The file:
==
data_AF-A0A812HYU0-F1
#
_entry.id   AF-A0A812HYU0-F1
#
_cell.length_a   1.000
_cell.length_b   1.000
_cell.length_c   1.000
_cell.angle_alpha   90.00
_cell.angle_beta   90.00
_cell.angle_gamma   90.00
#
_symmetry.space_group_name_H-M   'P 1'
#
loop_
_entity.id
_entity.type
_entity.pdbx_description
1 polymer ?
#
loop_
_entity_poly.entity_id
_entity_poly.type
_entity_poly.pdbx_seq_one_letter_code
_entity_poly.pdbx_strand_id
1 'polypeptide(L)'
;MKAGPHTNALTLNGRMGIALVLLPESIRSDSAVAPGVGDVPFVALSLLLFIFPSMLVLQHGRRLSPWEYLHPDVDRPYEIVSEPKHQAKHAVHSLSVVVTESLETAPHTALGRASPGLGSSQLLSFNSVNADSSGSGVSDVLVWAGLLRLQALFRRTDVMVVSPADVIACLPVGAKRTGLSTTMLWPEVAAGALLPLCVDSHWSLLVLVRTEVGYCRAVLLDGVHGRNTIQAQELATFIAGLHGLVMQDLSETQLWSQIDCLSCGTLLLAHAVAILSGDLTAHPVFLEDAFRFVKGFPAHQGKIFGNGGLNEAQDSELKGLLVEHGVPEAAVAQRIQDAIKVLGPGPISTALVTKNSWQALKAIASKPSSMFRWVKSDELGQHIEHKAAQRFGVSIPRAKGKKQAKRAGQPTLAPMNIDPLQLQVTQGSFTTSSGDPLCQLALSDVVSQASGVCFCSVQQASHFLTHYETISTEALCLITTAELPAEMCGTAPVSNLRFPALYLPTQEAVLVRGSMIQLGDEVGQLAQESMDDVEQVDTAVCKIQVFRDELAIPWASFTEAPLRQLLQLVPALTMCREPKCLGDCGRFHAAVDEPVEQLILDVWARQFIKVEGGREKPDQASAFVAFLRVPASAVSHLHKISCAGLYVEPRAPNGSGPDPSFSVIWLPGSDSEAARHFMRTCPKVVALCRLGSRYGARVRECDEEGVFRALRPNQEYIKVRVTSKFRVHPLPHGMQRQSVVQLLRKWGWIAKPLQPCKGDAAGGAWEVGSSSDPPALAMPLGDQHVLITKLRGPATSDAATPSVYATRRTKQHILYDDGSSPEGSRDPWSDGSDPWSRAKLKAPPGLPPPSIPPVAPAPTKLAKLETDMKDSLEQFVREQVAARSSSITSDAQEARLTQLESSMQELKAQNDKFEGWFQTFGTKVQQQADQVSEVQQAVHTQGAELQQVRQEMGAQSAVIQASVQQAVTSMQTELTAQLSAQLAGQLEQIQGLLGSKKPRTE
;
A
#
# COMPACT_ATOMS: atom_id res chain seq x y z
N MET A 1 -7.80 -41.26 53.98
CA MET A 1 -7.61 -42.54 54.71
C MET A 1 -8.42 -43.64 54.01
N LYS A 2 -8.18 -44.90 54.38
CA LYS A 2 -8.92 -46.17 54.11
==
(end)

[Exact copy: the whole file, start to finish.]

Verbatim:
data_AF-A0A812HYU0-F1
#
_entry.id   AF-A0A812HYU0-F1
#
_cell.length_a   1.000
_cell.length_b   1.000
_cell.length_c   1.000
_cell.angle_alpha   90.00
_cell.angle_beta   90.00
_cell.angle_gamma   90.00
#
_symmetry.space_group_name_H-M   'P 1'
#
loop_
_entity.id
_entity.type
_entity.pdbx_description
1 polymer ?
#
loop_
_entity_poly.entity_id
_entity_poly.type
_entity_poly.pdbx_seq_one_letter_code
_entity_poly.pdbx_strand_id
1 'polypeptide(L)'
;MKAGPHTNALTLNGRMGIALVLLPESIRSDSAVAPGVGDVPFVALSLLLFIFPSMLVLQHGRRLSPWEYLHPDVDRPYEIVSEPKHQAKHAVHSLSVVVTESLETAPHTALGRASPGLGSSQLLSFNSVNADSSGSGVSDVLVWAGLLRLQALFRRTDVMVVSPADVIACLPVGAKRTGLSTTMLWPEVAAGALLPLCVDSHWSLLVLVRTEVGYCRAVLLDGVHGRNTIQAQELATFIAGLHGLVMQDLSETQLWSQIDCLSCGTLLLAHAVAILSGDLTAHPVFLEDAFRFVKGFPAHQGKIFGNGGLNEAQDSELKGLLVEHGVPEAAVAQRIQDAIKVLGPGPISTALVTKNSWQALKAIASKPSSMFRWVKSDELGQHIEHKAAQRFGVSIPRAKGKKQAKRAGQPTLAPMNIDPLQLQVTQGSFTTSSGDPLCQLALSDVVSQASGVCFCSVQQASHFLTHYETISTEALCLITTAELPAEMCGTAPVSNLRFPALYLPTQEAVLVRGSMIQLGDEVGQLAQESMDDVEQVDTAVCKIQVFRDELAIPWASFTEAPLRQLLQLVPALTMCREPKCLGDCGRFHAAVDEPVEQLILDVWARQFIKVEGGREKPDQASAFVAFLRVPASAVSHLHKISCAGLYVEPRAPNGSGPDPSFSVIWLPGSDSEAARHFMRTCPKVVALCRLGSRYGARVRECDEEGVFRALRPNQEYIKVRVTSKFRVHPLPHGMQRQSVVQLLRKWGWIAKPLQPCKGDAAGGAWEVGSSSDPPALAMPLGDQHVLITKLRGPATSDAATPSVYATRRTKQHILYDDGSSPEGSRDPWSDGSDPWSRAKLKAPPGLPPPSIPPVAPAPTKLAKLETDMKDSLEQFVREQVAARSSSITSDAQEARLTQLESSMQELKAQNDKFEGWFQTFGTKVQQQADQVSEVQQAVHTQGAELQQVRQEMGAQSAVIQASVQQAVTSMQTELTAQLSAQLAGQLEQIQGLLGSKKPRTE
;
A
#
# COMPACT_ATOMS: atom_id res chain seq x y z
N MET A 1 -7.80 -41.26 53.98
CA MET A 1 -7.61 -42.54 54.71
C MET A 1 -8.42 -43.64 54.01
N LYS A 2 -8.18 -44.90 54.38
CA LYS A 2 -8.92 -46.17 54.11